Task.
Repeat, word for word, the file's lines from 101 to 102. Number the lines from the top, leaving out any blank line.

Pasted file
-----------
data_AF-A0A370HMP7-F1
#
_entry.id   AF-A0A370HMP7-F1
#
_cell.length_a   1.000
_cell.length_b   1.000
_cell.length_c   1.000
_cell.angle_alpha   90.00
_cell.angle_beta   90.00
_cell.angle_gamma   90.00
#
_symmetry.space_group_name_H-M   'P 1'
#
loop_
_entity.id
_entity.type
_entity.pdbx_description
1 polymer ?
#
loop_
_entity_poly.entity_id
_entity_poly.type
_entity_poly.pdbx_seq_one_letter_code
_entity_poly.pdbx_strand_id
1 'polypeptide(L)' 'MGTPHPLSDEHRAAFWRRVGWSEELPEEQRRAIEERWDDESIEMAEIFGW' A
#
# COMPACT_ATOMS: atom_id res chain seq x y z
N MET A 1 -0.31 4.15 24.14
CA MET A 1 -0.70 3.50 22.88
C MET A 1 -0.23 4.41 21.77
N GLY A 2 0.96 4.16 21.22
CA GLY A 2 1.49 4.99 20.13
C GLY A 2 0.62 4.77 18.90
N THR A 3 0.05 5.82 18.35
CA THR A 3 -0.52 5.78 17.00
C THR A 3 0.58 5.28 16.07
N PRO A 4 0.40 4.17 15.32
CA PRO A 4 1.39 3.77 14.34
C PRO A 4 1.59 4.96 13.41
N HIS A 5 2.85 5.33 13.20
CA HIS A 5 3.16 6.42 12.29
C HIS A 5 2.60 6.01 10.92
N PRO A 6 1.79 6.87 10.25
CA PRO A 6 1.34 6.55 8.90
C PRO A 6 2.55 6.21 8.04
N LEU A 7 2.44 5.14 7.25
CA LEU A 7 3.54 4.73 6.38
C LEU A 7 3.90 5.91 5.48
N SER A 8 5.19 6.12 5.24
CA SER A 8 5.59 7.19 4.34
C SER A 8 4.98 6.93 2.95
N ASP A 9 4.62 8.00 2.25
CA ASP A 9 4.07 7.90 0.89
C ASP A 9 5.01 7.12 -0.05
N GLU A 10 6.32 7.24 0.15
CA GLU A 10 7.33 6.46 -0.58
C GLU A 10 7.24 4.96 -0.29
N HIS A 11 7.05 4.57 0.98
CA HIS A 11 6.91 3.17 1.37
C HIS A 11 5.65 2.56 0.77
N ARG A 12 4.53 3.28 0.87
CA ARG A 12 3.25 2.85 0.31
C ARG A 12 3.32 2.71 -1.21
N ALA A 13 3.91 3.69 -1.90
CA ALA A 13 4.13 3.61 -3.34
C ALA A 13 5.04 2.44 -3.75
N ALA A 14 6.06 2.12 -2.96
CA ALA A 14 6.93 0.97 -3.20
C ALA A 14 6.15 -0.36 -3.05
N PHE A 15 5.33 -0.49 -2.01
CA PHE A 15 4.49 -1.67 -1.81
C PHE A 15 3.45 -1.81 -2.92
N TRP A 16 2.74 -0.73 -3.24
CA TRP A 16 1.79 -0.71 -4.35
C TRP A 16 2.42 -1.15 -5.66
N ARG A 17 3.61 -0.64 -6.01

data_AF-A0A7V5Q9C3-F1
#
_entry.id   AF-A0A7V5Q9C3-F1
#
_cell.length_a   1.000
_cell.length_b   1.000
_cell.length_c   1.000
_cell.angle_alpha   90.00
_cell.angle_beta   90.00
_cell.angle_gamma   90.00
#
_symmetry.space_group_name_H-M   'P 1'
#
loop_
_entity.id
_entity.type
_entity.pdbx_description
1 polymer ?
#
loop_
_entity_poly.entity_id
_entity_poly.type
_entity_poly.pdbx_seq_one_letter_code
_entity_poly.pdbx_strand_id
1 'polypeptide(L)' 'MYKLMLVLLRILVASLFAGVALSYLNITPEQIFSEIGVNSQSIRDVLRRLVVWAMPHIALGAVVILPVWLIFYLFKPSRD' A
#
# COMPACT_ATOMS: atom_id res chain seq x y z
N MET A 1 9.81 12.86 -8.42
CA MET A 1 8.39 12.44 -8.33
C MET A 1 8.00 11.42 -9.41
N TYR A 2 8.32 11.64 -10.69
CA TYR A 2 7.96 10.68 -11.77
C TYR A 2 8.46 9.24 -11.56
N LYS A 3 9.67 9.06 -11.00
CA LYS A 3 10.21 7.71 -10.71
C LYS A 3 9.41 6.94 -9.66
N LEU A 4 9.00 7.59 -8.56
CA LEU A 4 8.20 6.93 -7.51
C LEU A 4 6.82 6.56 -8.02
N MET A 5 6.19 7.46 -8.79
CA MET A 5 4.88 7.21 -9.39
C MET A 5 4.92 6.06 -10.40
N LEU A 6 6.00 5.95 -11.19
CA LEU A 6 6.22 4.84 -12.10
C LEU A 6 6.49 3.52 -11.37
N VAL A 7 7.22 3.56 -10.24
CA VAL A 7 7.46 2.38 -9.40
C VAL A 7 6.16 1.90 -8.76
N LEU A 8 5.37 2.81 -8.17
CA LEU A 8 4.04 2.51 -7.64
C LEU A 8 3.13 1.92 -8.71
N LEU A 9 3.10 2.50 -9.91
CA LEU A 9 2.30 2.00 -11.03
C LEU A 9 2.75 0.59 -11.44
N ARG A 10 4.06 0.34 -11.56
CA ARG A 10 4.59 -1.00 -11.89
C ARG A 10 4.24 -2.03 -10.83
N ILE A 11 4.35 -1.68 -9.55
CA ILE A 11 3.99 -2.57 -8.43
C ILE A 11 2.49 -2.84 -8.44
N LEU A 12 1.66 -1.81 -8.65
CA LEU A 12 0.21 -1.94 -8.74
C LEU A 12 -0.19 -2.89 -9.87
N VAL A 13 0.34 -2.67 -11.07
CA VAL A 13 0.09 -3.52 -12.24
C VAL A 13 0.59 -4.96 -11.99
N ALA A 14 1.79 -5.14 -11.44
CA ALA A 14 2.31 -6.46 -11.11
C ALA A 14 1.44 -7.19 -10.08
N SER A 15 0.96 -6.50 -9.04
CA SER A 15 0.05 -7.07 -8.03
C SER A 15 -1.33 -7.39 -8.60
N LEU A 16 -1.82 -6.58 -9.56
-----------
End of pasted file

1 'polypeptide(L)' 'MYKLMLVLLRILVASLFAGVALSYLNITPEQIFSEIGVNSQSIRDVLRRLVVWAMPHIALGAVVILPVWLIFYLFKPSRD' A
#